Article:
Silk ground, silk threads, and paint
Attributed to Betty Burnett Lewis (1808-1886)
Gift of Mrs. George A. Ball, 1935 Betty Burnett Lewis was a granddaughter of Fielding and Betty Lewis. She grew up in and around Fredericksburg and, in 1826, married a distant relative, George Washington Bassett. Although Betty may have stitched this "fancy work" because it represented her Washington relatives, many young girls depicted the Washington family in their needlework embroidery during the early 19th century.
This picture is based on a portrait by Edward Savage that was published as an engraving in 1798. It depicts George Washington with his wife Martha, her two grandchildren, George Washington Custis and Eleanor Parke Custis, and their servant William Lee. The engraving became extremely popular throughout the United States. The 1816 probate inventory of Eleanor Bonneau of Charleston, South Carolina, for example, listed "1 Print framed Washington's family" valued at two dollars.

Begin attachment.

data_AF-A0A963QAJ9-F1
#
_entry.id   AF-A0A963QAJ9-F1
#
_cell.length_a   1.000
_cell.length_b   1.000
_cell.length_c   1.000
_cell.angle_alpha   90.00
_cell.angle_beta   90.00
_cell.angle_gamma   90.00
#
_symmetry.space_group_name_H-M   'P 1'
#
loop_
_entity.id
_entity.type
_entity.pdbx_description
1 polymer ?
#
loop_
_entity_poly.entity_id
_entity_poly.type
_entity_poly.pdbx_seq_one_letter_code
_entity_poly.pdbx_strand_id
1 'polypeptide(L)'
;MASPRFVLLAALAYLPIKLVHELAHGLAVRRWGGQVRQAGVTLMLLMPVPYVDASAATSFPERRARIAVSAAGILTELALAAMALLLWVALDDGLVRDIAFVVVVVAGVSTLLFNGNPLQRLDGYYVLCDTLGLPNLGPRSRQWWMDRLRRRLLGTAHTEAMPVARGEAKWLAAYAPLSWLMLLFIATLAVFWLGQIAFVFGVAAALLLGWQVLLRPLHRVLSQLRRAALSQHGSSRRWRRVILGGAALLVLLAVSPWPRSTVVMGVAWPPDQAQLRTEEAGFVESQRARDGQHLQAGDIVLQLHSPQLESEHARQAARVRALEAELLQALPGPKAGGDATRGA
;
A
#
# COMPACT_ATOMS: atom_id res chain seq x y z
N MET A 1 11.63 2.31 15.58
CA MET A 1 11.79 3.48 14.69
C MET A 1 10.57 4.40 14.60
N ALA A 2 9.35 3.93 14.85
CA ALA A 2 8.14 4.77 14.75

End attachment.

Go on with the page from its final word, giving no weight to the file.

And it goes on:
As was common during the period, the bodies and costumes are stitched in silk thread over a plain silk background while the faces and hands of the subjects are painted.